Avista garners analyst support
Some investment analysts this summer have changed their tune on Avista Corp. stock, recommending people buy it in light of optimistic predictions about company performance next year.
Avista recently lowered per-share earnings expectations for 2007, and its stock closed at just $19.69 on Monday – near its 52-week low. But analysts foresee a possible rate increase helping Avista’s bottom line and predict potential dividend increases as the company looks to refinance debt and focus on its core regulated-utility business.
“A lot of the bad news is already reflected in that share price,” said Jim Bellessa, of D.A. Davidson & Co.
With the stock’s price barely more than book value, or the theoretical net worth of the company, there’s little risk of further price decreases, said Paul Latta of Seattle-based McAdams Wright Ragen Inc. Latta, who issued a “buy” advisory Monday, said he figures the company will likely reward shareholders for decent 2008-2009 earnings after a revenues slump this year.
The stock has declined fairly steadily since November when it hit a 52-week high of $27.52. Avista expects earnings per share between 85 cents and $1 this year, a decline from its earlier forecast of $1.40 to $1.55 per share. Avista recorded $1.47 per share for 2006.
Latta predicts the stock could be worth $24 in a year or two. He recently resumed actively covering Avista after ceasing in 2003, he said.
Bellessa last month recommended buying for the first time since last June. He forecasts earnings of $1.45 a share for 2008 and possible customer growth.
A dividend increase could stem from Avista striving to offer payouts similar to other utilities that pay 60 percent to 70 percent of profits, Bellessa said. Utilities are typically regarded as a relatively stable investment, Latta said. Avista recently sold its unregulated energy-trading subsidiary Avista Energy – a move analysts think could benefit shareholders – and it has dumped fuel cell and communications companies in past years.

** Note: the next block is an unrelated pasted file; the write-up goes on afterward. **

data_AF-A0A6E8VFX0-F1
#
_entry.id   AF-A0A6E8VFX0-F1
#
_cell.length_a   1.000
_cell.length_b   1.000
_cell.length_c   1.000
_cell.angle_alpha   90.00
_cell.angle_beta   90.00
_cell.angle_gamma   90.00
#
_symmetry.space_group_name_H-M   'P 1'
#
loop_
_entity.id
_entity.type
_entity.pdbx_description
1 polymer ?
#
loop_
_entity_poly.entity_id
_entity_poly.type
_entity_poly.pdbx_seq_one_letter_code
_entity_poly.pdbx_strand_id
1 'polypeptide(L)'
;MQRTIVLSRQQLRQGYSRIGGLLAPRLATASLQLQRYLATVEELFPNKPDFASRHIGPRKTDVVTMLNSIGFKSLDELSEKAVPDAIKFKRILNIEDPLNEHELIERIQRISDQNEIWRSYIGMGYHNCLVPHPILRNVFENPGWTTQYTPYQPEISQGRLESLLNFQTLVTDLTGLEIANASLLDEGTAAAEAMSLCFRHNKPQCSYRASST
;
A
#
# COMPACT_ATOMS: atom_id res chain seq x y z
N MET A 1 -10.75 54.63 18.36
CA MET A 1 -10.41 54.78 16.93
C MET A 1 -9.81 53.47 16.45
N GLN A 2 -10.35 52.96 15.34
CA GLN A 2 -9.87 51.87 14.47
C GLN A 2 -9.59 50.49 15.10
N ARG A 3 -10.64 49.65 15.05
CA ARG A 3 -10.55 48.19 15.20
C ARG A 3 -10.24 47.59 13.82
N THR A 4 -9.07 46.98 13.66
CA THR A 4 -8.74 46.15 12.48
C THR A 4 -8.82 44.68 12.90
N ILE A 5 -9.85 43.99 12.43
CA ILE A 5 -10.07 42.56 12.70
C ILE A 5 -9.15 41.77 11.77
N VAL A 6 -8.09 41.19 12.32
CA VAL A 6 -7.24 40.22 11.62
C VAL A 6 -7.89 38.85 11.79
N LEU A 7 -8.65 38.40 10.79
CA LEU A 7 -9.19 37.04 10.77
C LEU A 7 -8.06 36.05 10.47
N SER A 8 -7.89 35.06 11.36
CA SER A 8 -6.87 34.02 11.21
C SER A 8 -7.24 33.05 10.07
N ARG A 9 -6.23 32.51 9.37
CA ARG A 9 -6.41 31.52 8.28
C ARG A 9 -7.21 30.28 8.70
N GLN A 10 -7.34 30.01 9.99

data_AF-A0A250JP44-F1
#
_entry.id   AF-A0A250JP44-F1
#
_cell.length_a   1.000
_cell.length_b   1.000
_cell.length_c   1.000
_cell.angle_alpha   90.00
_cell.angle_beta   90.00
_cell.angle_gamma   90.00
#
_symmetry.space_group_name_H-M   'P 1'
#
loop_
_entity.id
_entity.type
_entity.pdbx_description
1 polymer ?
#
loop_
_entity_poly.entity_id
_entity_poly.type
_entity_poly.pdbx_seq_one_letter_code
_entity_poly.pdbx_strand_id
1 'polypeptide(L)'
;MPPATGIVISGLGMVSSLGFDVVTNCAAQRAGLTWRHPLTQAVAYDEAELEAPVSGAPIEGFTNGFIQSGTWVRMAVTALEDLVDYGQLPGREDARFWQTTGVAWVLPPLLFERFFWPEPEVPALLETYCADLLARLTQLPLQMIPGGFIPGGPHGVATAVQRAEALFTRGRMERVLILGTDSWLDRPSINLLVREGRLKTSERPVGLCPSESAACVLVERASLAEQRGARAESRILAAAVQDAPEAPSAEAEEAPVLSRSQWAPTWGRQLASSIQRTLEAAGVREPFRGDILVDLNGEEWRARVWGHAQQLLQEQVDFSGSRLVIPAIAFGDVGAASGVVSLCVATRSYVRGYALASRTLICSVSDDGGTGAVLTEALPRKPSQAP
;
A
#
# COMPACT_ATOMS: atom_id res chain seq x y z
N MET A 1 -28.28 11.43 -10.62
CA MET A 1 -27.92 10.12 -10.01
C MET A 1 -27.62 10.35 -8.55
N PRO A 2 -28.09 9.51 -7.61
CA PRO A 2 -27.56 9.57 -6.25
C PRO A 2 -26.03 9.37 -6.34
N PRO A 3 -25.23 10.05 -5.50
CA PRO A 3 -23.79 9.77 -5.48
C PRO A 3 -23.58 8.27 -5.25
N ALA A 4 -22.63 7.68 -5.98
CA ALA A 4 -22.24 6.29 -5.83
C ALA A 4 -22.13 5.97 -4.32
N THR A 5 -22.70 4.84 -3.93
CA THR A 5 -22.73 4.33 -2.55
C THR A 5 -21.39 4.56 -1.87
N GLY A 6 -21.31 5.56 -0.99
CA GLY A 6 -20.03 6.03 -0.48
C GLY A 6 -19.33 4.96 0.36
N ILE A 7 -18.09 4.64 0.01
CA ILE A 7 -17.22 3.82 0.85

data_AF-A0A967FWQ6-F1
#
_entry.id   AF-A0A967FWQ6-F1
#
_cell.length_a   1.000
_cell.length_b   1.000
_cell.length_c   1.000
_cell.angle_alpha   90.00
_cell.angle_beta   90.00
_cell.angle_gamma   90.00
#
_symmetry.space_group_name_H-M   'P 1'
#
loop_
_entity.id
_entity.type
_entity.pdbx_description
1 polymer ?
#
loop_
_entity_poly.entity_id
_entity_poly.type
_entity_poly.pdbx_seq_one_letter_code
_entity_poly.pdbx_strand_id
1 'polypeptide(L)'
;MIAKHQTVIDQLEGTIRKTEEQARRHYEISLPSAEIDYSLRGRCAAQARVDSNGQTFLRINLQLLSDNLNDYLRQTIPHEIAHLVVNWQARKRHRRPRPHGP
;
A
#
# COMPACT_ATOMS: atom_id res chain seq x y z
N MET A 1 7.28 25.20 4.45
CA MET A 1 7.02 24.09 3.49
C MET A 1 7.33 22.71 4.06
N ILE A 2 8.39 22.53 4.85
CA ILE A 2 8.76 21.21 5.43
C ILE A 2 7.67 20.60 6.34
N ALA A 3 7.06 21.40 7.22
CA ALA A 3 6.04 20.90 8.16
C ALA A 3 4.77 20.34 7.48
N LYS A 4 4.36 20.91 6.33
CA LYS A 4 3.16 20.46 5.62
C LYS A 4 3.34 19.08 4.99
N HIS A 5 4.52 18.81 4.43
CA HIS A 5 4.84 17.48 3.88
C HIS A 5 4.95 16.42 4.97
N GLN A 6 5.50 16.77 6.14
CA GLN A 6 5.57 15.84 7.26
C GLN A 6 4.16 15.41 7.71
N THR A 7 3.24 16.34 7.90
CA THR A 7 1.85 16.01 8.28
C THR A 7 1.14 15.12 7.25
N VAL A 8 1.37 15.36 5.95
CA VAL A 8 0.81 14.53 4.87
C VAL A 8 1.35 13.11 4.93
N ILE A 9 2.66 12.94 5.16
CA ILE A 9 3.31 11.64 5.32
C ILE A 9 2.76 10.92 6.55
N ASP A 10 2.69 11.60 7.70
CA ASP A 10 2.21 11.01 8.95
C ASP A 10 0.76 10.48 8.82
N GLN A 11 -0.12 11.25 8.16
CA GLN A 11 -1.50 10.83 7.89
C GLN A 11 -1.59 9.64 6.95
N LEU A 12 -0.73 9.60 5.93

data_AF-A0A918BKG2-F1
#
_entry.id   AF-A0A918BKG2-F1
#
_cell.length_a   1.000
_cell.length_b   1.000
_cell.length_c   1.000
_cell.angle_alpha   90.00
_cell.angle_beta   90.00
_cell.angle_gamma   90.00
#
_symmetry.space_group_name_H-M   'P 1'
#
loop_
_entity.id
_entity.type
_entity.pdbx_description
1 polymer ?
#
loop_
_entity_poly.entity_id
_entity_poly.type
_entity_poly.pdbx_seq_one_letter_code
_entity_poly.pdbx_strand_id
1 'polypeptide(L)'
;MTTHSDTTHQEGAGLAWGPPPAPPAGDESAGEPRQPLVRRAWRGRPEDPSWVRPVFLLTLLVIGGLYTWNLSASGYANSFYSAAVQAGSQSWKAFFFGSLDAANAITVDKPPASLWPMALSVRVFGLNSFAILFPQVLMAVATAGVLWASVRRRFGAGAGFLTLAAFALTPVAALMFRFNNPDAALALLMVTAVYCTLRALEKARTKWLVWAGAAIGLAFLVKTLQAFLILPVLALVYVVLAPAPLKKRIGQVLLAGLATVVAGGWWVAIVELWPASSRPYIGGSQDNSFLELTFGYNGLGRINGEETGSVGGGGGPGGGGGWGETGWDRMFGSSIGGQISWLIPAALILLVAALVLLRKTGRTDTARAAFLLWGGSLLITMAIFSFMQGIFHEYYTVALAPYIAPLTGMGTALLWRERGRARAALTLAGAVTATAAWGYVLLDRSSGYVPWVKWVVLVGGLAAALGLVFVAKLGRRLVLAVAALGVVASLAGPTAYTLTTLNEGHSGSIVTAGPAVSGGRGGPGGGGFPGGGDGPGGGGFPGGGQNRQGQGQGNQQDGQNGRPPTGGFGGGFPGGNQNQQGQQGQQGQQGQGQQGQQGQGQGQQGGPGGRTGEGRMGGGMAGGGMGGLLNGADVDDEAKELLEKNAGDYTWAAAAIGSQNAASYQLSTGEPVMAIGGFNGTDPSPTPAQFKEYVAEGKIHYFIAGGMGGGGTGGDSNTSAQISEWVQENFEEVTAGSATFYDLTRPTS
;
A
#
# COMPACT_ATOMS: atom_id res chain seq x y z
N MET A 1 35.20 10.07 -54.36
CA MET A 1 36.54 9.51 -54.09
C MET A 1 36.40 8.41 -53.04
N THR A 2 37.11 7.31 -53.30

Not all investment firms are so hopeful. A utilities analyst for A.G. Edwards & Sons Inc. earlier this month recommended investors hold the stock, citing Avista’s pending rate-increase request in Washington. In April, Avista asked state regulators for a $51.1 million, or 15.9 percent, increase in electricity rates and a $4.5 million, or 2.3 percent, increase in gas rates. The company expects a decision by March.
If the state grants it, a portion of the money should go to Avista’s bottom line, Bellessa said.
Avista also may have an opportunity next summer to refinance $270 million in debt that carries dividend restrictions, further increasing dividends and helping Avista’s credit status, according to Latta’s report. Fitch Ratings recently upgraded Avista’s credit ratings, which suffered losses after the 2000-2001 Western energy crisis.